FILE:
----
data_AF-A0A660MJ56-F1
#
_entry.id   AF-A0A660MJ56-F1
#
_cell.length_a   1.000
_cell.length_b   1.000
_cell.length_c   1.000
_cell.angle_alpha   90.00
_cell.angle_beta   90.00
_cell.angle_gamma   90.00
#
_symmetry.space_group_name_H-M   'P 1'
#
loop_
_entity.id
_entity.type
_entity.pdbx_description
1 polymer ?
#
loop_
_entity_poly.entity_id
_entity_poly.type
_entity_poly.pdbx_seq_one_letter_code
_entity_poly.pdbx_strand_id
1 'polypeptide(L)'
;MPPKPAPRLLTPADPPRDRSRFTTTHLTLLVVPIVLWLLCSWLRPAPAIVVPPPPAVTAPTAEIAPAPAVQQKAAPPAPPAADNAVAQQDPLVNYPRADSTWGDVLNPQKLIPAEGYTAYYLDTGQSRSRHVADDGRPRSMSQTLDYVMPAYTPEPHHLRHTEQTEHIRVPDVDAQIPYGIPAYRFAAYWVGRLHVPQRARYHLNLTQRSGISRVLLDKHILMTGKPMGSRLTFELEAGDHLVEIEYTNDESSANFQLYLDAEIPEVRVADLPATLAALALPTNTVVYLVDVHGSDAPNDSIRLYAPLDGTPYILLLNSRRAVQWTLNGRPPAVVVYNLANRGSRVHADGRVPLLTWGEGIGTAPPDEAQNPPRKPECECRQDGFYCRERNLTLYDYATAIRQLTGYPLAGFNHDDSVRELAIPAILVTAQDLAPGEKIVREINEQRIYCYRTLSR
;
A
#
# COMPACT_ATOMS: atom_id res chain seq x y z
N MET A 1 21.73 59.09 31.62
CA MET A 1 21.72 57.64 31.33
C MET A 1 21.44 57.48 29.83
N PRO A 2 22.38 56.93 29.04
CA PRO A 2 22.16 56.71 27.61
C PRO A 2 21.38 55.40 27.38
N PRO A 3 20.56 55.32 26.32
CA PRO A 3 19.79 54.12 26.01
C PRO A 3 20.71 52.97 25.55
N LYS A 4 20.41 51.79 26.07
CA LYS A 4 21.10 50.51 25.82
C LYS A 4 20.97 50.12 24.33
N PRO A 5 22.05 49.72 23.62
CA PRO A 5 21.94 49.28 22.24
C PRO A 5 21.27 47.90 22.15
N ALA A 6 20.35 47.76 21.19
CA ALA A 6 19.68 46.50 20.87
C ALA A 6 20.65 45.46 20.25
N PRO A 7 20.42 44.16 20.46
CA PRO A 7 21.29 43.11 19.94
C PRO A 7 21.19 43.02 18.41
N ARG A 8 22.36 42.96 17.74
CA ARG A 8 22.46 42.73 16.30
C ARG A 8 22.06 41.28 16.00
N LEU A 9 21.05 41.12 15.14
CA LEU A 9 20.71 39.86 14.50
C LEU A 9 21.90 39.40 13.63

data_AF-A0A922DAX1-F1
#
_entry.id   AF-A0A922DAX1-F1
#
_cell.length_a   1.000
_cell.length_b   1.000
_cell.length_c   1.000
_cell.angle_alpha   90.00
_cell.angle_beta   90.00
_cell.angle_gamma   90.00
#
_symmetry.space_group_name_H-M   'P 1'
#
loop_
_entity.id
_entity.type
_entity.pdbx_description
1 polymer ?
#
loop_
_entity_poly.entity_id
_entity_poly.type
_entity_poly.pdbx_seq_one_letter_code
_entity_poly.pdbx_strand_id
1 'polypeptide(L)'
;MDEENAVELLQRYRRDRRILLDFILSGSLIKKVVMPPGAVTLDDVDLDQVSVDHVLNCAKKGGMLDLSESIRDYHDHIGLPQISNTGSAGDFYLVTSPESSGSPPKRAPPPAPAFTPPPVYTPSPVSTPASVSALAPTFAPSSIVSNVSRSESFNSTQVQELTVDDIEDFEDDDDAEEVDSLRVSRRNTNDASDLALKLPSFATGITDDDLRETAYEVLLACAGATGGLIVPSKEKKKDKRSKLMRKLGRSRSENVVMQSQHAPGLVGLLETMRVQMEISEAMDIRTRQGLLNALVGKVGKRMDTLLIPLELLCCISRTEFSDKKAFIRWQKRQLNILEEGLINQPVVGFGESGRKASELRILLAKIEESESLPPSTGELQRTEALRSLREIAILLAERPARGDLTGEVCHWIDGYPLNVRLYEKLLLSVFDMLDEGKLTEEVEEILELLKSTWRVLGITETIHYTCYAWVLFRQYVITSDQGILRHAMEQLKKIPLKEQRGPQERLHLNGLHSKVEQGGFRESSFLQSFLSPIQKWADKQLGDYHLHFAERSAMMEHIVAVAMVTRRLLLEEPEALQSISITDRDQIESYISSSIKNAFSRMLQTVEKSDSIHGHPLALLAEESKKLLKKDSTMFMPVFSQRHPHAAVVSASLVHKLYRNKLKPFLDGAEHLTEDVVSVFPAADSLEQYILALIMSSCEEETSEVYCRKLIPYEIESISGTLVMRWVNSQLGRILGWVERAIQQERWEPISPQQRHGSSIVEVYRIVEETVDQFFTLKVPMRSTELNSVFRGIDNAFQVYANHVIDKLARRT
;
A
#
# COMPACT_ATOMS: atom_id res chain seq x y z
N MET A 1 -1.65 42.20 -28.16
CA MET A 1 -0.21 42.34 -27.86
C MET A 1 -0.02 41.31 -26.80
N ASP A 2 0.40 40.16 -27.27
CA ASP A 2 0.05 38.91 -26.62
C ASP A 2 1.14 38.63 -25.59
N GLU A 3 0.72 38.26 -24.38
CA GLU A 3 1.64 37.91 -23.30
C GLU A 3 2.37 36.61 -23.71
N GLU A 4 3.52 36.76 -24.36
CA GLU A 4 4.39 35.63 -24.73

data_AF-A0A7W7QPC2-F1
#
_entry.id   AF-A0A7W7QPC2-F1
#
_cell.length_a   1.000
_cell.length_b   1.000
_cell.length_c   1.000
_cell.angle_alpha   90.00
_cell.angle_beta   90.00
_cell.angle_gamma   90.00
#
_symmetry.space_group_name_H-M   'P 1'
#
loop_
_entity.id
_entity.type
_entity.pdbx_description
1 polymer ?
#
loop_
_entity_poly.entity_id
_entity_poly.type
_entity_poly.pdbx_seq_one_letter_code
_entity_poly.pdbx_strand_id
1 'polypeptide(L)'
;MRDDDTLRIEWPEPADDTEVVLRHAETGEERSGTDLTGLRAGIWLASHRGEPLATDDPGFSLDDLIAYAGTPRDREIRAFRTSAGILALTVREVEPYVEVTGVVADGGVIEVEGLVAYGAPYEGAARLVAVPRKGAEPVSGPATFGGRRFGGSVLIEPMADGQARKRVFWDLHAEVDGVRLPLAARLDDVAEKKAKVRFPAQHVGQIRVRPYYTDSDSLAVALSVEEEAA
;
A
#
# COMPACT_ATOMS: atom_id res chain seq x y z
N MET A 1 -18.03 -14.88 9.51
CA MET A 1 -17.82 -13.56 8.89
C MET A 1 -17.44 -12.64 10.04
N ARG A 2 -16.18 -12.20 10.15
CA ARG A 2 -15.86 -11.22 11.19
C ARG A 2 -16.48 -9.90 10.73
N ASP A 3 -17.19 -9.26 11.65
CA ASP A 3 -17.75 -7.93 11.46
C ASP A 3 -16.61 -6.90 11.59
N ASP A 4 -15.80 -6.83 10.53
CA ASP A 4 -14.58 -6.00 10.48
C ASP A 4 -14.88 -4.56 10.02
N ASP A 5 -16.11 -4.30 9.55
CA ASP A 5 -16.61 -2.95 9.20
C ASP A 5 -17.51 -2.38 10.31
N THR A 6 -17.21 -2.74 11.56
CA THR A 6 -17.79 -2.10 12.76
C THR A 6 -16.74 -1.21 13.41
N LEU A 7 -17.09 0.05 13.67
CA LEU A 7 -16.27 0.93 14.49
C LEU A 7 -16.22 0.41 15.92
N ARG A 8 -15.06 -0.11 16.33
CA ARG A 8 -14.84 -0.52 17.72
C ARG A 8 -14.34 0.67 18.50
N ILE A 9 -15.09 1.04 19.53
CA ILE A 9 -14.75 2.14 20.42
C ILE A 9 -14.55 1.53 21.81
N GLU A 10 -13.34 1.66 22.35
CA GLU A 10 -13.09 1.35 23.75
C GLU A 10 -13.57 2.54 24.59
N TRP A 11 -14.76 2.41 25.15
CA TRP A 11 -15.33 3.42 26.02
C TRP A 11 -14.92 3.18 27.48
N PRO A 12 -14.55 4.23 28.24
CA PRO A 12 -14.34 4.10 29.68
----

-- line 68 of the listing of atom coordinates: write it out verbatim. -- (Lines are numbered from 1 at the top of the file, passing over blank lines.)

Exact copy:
#